The Delhi High Court has directed the Directorate General of Civil Aviation (DGCA) and the Ministry of Civil Aviation to consider the PIL seeking investigation into the presence of 'optional safety features' in the airplanes in India and frame guidelines accordingly.
The Division Bench of Justice DN Patel and Justice C Harishankar has directed the DGCA and the Ministry of Civil Aviation to consider the PIL as a representation and decide the same expeditiously.
The court was hearing a PIL filed by lawyer Yugansh Mittal seeking direction to the DGCA and the Ministry of Civil Aviation to set up a commission to investigate the presence of 'optional safety features' in airplanes in India and framing of guidelines regulating the practice of having 'optional safety features' in airlines, while disposing of it.
The PIL has also sought directions to the respondents to collate and collect relevant information with regard to presence of optional safety features in airlines, inter alia, in regard to their availability, costs, planes installed on and other relevant details of the same and making mandatory for all aircrafts operating in India to have all optional safety features in aircrafts.
Senior advocate N Hariharan appearing for the petitioner contended that the DGCA and the Ministry of Civil aviation do not have adequate data regarding these optional safety features and their costs and whether aircraft in India have them installed or not.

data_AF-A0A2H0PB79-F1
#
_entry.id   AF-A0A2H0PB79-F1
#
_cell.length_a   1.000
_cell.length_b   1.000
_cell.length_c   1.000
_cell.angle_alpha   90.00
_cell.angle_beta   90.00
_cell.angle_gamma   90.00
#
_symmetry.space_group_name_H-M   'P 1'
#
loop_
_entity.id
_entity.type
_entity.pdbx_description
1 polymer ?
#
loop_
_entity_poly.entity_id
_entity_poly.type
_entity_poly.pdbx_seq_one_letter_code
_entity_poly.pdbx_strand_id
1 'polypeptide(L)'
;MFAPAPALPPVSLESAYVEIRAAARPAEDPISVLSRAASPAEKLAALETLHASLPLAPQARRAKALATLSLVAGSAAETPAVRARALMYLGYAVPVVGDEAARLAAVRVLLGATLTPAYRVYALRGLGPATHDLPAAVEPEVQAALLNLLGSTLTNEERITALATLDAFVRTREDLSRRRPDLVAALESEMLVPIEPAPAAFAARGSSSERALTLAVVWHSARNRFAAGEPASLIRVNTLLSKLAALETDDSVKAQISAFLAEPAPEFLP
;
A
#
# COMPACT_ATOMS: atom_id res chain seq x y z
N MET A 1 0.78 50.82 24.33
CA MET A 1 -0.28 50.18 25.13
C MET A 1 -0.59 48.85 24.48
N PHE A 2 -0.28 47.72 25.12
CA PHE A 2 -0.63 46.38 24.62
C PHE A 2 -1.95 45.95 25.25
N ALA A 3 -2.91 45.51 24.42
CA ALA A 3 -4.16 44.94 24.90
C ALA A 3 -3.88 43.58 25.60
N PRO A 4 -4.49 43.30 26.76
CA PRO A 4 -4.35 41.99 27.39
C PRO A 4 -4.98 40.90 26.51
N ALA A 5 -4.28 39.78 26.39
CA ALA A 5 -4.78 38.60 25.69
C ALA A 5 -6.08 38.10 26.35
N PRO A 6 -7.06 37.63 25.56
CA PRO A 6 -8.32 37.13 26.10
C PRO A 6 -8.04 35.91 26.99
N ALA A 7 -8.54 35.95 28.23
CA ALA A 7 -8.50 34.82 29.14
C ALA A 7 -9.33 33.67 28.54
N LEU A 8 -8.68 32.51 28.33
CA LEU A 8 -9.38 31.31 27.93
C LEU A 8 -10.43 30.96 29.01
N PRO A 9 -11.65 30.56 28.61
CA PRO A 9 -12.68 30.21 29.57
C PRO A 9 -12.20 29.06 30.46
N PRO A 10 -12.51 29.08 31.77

He further contended that the DGCA and the Ministry do not have adequate guidelines regulating these optional safety features and that these safety features cannot be optional as their absence would endanger the lives of the passengers.
The petitioner has submitted that safety features need to be mandatory. It has stated that the practice of optional safety features is a closely-guarded secret and there is no information with the public on an issue that would directly affect their safety.
The PIL states that in the "aftermath of crashes of two Boeing 737 MAX 8 airplanes leading to the death of almost hundreds of people, it was discovered that aircraft manufacturers including Boeing, who manufactured the two aircrafts that crashed, have an option which is provided to aircraft operators at the time of buying an aeroplane from the aircraft manufacturer of purchasable 'optional safety features'. Optional safety features could be anything, ranging from a fire extinguisher to a critical component such as lights and indicators required by the pilot to fly a plane. These optional safety features are often not purchased by airline operators, to save on costs."
"In the two crashed aeroplanes, the absence of a few of these optional safety features, which related to indicators and lights, are suspected to have played a part in the crashes of the two planes. These lights and indicators were essential for pilots flying the aircraft and were critical components, but were missing from the two aircraft which crashed. The low-cost budget airlines don't have any incentive to buy these optional safety features as they cost hundreds of thousands of dollars and the airlines opt not to," adds the petition.
Mittal in his plea alleged that an airline passenger has no idea whether those optional safety features are installed in the plane they are flying in or not.